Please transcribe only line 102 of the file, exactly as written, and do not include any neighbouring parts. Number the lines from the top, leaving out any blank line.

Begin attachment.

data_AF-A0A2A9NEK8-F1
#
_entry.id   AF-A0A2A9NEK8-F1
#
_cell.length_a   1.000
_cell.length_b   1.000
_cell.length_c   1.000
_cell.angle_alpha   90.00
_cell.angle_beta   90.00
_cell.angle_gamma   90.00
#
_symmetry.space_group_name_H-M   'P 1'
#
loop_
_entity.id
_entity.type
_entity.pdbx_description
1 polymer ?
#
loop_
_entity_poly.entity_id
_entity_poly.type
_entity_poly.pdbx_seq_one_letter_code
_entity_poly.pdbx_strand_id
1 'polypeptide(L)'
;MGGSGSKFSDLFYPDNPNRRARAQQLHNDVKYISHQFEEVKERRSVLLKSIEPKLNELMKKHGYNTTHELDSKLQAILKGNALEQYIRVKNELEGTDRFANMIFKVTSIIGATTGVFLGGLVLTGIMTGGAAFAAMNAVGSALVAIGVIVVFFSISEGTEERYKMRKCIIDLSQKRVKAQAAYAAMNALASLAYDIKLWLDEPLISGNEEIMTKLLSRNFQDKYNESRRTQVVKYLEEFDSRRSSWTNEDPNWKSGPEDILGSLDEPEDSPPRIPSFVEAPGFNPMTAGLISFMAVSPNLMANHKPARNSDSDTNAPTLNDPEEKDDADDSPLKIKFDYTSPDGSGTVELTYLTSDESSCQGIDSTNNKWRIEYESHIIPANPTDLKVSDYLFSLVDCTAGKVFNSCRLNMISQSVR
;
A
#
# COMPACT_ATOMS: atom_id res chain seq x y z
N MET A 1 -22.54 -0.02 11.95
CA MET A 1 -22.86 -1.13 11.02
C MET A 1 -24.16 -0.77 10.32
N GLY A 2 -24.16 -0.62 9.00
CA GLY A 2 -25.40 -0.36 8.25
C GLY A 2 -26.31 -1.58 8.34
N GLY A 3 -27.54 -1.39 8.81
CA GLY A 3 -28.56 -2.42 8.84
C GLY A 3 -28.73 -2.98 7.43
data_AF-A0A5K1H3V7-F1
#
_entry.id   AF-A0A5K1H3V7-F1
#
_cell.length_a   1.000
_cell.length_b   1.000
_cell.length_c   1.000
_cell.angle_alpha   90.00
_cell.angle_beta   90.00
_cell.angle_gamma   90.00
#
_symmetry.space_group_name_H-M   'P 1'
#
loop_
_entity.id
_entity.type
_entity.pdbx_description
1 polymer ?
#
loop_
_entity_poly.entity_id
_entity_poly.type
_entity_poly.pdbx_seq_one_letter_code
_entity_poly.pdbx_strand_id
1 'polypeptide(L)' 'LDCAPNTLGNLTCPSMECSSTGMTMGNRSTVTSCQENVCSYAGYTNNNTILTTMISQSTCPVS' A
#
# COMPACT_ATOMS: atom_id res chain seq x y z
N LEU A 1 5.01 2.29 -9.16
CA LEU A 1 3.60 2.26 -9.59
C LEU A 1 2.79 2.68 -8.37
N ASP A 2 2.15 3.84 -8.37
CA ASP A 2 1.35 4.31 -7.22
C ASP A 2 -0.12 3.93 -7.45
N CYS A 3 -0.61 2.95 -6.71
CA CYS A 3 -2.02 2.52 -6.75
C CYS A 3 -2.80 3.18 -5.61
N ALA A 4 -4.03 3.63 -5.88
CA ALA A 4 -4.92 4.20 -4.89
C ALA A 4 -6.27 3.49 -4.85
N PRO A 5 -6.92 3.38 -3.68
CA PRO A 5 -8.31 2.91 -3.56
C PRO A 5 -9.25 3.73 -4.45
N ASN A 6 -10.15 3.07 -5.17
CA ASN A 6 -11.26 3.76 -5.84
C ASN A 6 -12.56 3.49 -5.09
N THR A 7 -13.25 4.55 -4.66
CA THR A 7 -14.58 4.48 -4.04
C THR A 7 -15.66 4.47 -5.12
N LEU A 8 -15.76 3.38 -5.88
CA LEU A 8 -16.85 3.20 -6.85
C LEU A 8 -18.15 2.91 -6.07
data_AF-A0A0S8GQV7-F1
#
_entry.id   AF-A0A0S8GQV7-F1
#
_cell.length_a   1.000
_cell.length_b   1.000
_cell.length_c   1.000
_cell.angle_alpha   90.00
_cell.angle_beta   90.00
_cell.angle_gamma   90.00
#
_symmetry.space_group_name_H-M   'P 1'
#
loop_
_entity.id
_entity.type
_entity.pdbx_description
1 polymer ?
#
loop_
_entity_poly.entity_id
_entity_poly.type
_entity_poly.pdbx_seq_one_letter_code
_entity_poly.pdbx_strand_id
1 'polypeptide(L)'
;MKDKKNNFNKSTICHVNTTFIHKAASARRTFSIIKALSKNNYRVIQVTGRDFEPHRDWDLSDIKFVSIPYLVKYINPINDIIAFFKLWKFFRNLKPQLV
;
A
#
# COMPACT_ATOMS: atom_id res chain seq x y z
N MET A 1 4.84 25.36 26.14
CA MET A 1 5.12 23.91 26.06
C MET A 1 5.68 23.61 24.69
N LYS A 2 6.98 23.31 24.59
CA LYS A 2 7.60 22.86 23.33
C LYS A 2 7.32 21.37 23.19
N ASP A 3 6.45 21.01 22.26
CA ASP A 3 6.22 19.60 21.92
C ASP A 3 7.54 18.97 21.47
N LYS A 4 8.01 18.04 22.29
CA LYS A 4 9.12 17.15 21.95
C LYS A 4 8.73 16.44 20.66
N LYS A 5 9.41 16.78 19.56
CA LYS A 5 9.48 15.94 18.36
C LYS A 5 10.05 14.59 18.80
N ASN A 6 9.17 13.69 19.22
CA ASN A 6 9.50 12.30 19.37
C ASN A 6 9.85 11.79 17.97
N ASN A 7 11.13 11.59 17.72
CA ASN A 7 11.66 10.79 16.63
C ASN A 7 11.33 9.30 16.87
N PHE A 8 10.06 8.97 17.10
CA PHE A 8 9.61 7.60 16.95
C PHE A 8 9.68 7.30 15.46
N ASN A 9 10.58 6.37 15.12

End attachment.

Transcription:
_symmetry.space_group_name_H-M   'P 1'